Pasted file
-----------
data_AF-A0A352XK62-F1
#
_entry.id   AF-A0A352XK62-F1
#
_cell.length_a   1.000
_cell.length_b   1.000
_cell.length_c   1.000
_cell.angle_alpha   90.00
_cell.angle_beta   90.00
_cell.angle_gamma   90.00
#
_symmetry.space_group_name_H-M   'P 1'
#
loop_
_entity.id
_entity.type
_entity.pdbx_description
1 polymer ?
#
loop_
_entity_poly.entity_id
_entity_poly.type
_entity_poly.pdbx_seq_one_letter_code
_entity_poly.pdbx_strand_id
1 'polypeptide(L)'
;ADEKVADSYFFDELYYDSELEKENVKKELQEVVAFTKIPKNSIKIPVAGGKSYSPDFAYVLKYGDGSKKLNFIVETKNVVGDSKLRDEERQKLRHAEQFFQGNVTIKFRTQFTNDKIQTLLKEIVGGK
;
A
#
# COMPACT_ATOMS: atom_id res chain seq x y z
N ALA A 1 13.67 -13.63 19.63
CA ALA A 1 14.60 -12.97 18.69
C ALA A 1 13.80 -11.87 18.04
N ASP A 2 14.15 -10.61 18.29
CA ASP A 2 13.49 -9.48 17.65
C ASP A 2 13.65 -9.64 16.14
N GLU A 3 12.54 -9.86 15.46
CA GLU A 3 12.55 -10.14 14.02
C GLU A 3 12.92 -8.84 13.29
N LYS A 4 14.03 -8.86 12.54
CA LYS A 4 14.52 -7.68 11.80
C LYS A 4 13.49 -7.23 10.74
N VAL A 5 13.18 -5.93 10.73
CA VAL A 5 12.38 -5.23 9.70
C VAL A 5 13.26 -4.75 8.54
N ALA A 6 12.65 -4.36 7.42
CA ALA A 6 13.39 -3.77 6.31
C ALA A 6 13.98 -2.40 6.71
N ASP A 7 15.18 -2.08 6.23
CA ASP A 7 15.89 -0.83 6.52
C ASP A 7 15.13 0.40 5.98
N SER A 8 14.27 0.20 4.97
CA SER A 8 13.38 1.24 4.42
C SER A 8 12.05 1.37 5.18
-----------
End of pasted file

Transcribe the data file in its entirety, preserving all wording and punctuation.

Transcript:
data_AF-A0A352XK62-F1
#
_entry.id   AF-A0A352XK62-F1
#
_cell.length_a   1.000
_cell.length_b   1.000
_cell.length_c   1.000
_cell.angle_alpha   90.00
_cell.angle_beta   90.00
_cell.angle_gamma   90.00
#
_symmetry.space_group_name_H-M   'P 1'
#
loop_
_entity.id
_entity.type
_entity.pdbx_description
1 polymer ?
#
loop_
_entity_poly.entity_id
_entity_poly.type
_entity_poly.pdbx_seq_one_letter_code
_entity_poly.pdbx_strand_id
1 'polypeptide(L)'
;ADEKVADSYFFDELYYDSELEKENVKKELQEVVAFTKIPKNSIKIPVAGGKSYSPDFAYVLKYGDGSKKLNFIVETKNVVGDSKLRDEERQKLRHAEQFFQGNVTIKFRTQFTNDKIQTLLKEIVGGK
;
A
#
# COMPACT_ATOMS: atom_id res chain seq x y z
N ALA A 1 13.67 -13.63 19.63
CA ALA A 1 14.60 -12.97 18.69
C ALA A 1 13.80 -11.87 18.04
N ASP A 2 14.15 -10.61 18.29
CA ASP A 2 13.49 -9.48 17.65
C ASP A 2 13.65 -9.64 16.14
N GLU A 3 12.54 -9.86 15.46
CA GLU A 3 12.55 -10.14 14.02
C GLU A 3 12.92 -8.84 13.29
N LYS A 4 14.03 -8.86 12.54
CA LYS A 4 14.52 -7.68 11.80
C LYS A 4 13.49 -7.23 10.74
N VAL A 5 13.18 -5.93 10.73
CA VAL A 5 12.38 -5.23 9.70
C VAL A 5 13.26 -4.75 8.54
N ALA A 6 12.65 -4.36 7.42
CA ALA A 6 13.39 -3.77 6.31
C ALA A 6 13.98 -2.40 6.71
N ASP A 7 15.18 -2.08 6.23
CA ASP A 7 15.89 -0.83 6.52
C ASP A 7 15.13 0.40 5.98
N SER A 8 14.27 0.20 4.97
CA SER A 8 13.38 1.24 4.42
C SER A 8 12.05 1.37 5.18